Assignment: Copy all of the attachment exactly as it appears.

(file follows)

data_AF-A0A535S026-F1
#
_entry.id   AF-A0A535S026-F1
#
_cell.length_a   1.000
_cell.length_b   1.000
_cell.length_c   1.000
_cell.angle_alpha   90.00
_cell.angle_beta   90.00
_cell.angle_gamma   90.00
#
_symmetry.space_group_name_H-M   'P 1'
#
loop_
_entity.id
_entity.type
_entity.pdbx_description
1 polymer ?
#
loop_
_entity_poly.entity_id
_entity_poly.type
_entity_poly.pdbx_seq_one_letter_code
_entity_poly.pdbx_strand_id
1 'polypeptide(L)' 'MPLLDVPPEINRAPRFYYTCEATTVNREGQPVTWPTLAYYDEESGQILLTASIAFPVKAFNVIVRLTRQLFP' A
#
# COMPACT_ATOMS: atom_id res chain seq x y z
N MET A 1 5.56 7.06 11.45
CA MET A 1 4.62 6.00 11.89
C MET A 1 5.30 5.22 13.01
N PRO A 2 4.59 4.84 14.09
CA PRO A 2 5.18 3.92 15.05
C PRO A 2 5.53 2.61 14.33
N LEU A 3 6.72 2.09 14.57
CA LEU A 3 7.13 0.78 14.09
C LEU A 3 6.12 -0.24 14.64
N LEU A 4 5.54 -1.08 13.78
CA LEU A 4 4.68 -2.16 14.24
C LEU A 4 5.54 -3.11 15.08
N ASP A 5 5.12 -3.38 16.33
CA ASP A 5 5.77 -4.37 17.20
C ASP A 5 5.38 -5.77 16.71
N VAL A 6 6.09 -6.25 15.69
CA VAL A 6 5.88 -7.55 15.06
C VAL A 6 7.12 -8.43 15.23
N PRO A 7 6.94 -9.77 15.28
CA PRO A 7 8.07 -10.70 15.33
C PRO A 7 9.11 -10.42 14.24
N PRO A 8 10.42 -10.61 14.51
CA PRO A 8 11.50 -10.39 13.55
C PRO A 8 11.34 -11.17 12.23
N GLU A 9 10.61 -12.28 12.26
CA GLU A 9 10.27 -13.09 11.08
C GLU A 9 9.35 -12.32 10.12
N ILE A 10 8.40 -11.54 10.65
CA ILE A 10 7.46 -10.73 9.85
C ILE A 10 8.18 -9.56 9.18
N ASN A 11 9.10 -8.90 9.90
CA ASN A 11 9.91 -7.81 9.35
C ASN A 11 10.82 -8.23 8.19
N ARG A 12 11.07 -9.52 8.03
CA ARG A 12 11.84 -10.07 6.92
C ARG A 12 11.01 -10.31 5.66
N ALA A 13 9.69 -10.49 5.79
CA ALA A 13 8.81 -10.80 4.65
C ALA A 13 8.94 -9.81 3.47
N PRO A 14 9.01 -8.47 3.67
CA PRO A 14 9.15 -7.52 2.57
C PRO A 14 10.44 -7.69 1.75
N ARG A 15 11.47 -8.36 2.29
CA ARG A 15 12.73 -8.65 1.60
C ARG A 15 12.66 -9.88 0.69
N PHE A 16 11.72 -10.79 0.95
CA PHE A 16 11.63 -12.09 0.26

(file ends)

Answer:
data_AF-A0A535S026-F1
#
_entry.id   AF-A0A535S026-F1
#
_cell.length_a   1.000
_cell.length_b   1.000
_cell.length_c   1.000
_cell.angle_alpha   90.00
_cell.angle_beta   90.00
_cell.angle_gamma   90.00
#
_symmetry.space_group_name_H-M   'P 1'
#
loop_
_entity.id
_entity.type
_entity.pdbx_description
1 polymer ?
#
loop_
_entity_poly.entity_id
_entity_poly.type
_entity_poly.pdbx_seq_one_letter_code
_entity_poly.pdbx_strand_id
1 'polypeptide(L)' 'MPLLDVPPEINRAPRFYYTCEATTVNREGQPVTWPTLAYYDEESGQILLTASIAFPVKAFNVIVRLTRQLFP' A
#
# COMPACT_ATOMS: atom_id res chain seq x y z
N MET A 1 5.56 7.06 11.45
CA MET A 1 4.62 6.00 11.89
C MET A 1 5.30 5.22 13.01
N PRO A 2 4.59 4.84 14.09
CA PRO A 2 5.18 3.92 15.05
C PRO A 2 5.53 2.61 14.33
N LEU A 3 6.72 2.09 14.57
CA LEU A 3 7.13 0.78 14.09
C LEU A 3 6.12 -0.24 14.64
N LEU A 4 5.54 -1.08 13.78
CA LEU A 4 4.68 -2.16 14.24
C LEU A 4 5.54 -3.11 15.08
N ASP A 5 5.12 -3.38 16.33
CA ASP A 5 5.77 -4.37 17.20
C ASP A 5 5.38 -5.77 16.71
N VAL A 6 6.09 -6.25 15.69
CA VAL A 6 5.88 -7.55 15.06
C VAL A 6 7.12 -8.43 15.23
N PRO A 7 6.94 -9.77 15.28
CA PRO A 7 8.07 -10.70 15.33
C PRO A 7 9.11 -10.42 14.24
N PRO A 8 10.42 -10.61 14.51
CA PRO A 8 11.50 -10.39 13.55
C PRO A 8 11.34 -11.17 12.23
N GLU A 9 10.61 -12.28 12.26
CA GLU A 9 10.27 -13.09 11.08
C GLU A 9 9.35 -12.32 10.12
N ILE A 10 8.40 -11.54 10.65
CA ILE A 10 7.46 -10.73 9.85
C ILE A 10 8.18 -9.56 9.18
N ASN A 11 9.10 -8.90 9.90
CA ASN A 11 9.91 -7.81 9.35
C ASN A 11 10.82 -8.23 8.19
N ARG A 12 11.07 -9.52 8.03
CA ARG A 12 11.84 -10.07 6.92
C ARG A 12 11.01 -10.31 5.66
N ALA A 13 9.69 -10.49 5.79
CA ALA A 13 8.81 -10.80 4.65
C ALA A 13 8.94 -9.81 3.47
N PRO A 14 9.01 -8.47 3.67
CA PRO A 14 9.15 -7.52 2.57
C PRO A 14 10.44 -7.69 1.75
N ARG A 15 11.47 -8.36 2.29
CA ARG A 15 12.73 -8.65 1.60
C ARG A 15 12.66 -9.88 0.69
N PHE A 16 11.72 -10.79 0.95
CA PHE A 16 11.63 -12.09 0.26